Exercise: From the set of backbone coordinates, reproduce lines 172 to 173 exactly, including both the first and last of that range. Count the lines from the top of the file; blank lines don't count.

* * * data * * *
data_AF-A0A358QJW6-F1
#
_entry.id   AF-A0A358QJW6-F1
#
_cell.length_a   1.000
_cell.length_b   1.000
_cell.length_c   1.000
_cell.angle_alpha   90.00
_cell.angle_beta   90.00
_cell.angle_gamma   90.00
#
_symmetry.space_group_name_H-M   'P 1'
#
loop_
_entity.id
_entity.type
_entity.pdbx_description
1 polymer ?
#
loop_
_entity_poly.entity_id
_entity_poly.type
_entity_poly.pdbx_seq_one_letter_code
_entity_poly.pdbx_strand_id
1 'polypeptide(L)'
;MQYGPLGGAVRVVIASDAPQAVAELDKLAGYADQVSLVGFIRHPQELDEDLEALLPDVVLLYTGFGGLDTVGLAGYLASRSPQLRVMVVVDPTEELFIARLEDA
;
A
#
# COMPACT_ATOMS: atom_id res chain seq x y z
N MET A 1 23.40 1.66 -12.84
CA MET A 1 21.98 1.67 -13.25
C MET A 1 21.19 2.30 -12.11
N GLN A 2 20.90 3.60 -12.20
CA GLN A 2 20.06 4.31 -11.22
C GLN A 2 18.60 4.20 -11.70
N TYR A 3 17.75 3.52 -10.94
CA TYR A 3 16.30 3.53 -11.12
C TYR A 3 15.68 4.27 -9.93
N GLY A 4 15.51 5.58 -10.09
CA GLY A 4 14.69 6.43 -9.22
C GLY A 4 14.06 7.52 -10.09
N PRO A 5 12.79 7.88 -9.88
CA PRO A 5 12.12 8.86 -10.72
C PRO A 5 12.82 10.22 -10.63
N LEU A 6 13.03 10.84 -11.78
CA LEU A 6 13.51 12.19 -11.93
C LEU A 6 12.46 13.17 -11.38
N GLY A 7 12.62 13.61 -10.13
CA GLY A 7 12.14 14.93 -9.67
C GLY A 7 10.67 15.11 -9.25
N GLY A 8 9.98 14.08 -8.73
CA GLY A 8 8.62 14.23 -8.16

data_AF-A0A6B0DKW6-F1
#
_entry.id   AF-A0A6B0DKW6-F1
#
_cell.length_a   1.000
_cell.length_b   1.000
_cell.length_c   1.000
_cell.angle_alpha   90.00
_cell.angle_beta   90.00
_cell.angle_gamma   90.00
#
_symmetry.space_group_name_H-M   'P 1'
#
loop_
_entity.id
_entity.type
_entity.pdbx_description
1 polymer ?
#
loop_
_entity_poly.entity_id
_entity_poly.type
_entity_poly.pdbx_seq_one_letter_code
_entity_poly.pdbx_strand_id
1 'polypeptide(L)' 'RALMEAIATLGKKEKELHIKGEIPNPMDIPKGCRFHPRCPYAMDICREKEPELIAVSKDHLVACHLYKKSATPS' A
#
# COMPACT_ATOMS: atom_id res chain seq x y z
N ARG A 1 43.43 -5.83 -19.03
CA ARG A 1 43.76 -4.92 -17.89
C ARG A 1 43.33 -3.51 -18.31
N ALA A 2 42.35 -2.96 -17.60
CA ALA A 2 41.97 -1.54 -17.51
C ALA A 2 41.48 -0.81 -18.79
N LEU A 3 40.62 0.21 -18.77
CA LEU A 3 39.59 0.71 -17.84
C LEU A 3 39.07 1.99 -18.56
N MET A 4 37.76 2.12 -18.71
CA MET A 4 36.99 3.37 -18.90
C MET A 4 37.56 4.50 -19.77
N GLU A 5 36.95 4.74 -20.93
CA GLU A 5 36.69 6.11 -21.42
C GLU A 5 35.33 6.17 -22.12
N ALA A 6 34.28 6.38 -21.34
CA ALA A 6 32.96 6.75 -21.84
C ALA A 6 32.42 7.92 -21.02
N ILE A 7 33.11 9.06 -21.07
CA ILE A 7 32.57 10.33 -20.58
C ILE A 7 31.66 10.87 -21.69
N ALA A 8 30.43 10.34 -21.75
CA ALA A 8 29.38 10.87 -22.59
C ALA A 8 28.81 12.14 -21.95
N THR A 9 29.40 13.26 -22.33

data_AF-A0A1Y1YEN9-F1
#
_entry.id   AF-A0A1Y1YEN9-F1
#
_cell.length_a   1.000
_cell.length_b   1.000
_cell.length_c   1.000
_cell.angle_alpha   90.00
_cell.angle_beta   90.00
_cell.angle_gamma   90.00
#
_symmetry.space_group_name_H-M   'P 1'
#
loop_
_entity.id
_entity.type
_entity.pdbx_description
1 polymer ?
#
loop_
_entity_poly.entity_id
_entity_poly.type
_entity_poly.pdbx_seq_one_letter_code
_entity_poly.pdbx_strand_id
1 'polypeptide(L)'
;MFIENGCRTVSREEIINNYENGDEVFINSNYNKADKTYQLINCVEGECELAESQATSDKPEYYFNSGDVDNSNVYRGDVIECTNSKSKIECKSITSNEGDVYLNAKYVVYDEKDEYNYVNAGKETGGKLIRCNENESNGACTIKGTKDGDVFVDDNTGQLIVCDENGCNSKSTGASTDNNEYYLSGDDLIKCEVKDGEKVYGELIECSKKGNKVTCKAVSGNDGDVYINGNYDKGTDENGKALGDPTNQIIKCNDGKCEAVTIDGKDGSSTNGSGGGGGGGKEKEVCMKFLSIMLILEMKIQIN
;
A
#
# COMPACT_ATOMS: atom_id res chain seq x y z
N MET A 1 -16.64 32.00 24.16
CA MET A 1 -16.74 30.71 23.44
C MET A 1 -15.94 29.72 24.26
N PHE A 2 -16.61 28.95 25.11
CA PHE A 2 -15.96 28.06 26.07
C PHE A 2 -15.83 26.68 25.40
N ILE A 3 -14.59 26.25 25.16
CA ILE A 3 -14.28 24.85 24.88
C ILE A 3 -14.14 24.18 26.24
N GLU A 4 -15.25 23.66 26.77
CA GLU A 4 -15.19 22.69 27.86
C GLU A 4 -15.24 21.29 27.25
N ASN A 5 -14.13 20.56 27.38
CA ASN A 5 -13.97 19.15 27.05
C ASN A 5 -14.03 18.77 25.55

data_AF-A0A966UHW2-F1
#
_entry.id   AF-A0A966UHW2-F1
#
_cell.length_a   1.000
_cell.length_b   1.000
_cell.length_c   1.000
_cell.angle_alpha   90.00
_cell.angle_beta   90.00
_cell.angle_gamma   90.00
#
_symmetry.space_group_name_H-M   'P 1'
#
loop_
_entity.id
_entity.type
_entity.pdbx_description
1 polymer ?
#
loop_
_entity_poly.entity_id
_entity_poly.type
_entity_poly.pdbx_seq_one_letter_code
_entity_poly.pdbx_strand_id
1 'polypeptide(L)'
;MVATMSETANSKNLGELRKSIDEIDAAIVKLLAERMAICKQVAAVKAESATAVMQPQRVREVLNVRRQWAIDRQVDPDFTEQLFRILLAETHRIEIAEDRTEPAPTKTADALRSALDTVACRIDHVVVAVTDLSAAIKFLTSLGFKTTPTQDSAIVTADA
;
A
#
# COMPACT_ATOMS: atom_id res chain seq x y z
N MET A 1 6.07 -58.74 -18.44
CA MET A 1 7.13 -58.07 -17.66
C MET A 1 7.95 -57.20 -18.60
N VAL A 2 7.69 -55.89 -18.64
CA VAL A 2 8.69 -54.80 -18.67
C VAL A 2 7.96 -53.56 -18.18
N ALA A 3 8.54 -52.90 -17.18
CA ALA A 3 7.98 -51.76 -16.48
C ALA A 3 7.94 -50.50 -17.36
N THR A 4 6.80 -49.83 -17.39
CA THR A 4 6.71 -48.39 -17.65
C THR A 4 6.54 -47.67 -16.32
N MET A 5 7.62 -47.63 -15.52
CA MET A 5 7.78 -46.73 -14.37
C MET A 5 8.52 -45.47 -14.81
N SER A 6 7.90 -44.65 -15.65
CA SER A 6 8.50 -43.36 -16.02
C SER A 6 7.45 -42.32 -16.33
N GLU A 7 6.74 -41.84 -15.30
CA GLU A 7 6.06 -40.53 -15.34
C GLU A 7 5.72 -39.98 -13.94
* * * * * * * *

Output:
_entity_poly.type
_entity_poly.pdbx_seq_one_letter_code